L'Occident doit être solidaire face au réchauffement climatique

WASHINGTON – Le président Obama considère le réchauffement climatique comme le plus grand défi de notre temps. C'est pourquoi il veut faire progresser la législation américaine relative au système de permis d'émission négociables ( cap-and-trade ) tout en réengageant pleinement les USA dans les négociations de l'ONU.

Ce n'est pas pour autant que les USA et l’Union européenne vont parvenir à un accord sur la manière de faire face au réchauffement climatique. Malgré une convergence sur les objectifs à long terme (une réduction de quelques 80% des émissions de gaz carbonique en 2050), de nombreux points restent en suspens. Il faudra que les deux cotés fassent preuve de leadership pour que ne se produise pas à Copenhague le type d'échec évité de peu à Kyoto en 1997. Quels sont les points les plus délicats ?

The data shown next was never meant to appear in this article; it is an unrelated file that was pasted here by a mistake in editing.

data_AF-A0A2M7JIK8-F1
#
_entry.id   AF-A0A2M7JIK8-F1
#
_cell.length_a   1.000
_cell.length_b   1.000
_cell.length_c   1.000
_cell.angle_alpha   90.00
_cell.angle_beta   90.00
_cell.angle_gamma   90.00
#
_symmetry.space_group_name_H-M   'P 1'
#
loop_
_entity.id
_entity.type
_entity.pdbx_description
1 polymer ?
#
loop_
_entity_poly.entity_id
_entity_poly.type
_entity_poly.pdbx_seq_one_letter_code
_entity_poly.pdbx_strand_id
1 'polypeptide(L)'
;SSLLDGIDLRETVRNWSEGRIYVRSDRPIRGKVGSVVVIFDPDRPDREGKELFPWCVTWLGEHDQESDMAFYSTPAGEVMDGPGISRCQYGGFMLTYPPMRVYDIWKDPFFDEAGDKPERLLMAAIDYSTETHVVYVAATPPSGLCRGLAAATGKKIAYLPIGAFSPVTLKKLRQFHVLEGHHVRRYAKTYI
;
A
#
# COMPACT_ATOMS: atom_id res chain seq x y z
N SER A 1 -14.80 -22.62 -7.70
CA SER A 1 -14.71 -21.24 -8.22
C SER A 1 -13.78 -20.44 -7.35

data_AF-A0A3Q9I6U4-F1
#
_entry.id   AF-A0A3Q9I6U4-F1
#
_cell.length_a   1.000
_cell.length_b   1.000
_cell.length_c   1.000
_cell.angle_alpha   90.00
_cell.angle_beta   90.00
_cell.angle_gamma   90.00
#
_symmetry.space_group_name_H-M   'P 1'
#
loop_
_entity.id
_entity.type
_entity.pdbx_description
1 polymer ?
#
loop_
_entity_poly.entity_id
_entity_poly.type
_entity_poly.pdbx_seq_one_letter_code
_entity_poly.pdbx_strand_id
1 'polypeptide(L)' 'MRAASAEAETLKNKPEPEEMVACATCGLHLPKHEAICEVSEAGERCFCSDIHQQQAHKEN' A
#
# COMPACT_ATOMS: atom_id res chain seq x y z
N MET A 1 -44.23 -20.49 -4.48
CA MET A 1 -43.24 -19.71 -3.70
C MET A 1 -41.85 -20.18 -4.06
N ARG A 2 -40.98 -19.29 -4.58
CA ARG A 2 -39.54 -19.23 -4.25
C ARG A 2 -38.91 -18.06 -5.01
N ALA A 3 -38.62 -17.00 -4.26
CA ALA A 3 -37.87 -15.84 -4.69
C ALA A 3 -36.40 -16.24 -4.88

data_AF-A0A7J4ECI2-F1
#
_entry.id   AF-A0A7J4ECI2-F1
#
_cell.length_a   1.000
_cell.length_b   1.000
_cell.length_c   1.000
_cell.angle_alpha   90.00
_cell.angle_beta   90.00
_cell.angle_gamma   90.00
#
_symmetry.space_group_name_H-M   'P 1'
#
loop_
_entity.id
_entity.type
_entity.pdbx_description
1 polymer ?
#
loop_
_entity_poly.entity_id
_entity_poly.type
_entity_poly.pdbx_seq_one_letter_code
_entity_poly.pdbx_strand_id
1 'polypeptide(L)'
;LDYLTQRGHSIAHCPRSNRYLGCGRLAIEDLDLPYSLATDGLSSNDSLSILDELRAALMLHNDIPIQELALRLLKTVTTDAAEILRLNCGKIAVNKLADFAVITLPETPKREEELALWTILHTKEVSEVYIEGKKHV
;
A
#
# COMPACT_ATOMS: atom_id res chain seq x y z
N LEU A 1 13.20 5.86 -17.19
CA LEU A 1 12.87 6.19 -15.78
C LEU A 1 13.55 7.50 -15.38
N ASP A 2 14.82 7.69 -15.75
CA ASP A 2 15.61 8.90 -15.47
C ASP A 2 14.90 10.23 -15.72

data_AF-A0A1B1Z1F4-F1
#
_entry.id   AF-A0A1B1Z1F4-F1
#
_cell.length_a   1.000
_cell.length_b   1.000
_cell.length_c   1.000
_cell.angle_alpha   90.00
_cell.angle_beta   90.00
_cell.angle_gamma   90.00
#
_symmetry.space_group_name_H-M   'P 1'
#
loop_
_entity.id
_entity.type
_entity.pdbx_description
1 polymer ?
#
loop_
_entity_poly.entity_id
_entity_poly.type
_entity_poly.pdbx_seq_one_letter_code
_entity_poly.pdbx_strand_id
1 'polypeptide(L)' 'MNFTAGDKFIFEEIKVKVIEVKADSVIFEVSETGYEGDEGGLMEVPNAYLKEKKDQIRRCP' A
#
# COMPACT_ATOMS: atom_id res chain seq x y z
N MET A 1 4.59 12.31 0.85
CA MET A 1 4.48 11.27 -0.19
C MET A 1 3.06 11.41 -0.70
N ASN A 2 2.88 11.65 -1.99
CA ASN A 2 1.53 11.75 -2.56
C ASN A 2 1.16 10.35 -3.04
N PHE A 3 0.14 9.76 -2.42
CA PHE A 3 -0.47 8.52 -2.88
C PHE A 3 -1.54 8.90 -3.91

Tout d'abord, l'UE et les USA ne partent pas des mêmes positions dans la course à la réduction des émissions. Lorsque les 15 pays de l'UE ont ratifié le protocole de Kyoto, ils se sont engagés à ramener leur niveau d'émission en 2012 à un niveau inférieur de 8% à ce qu'il était en 1990. Les USA restant en dehors du protocole de Kyoto, la hausse du volume de leurs émissions de gaz à effet de serre a été de 19% entre 1990 et 2005, alors qu'elle n'a été que de 8% pour les pays de l'Europe des 15, au-dessus néanmoins des objectifs de Kyoto.

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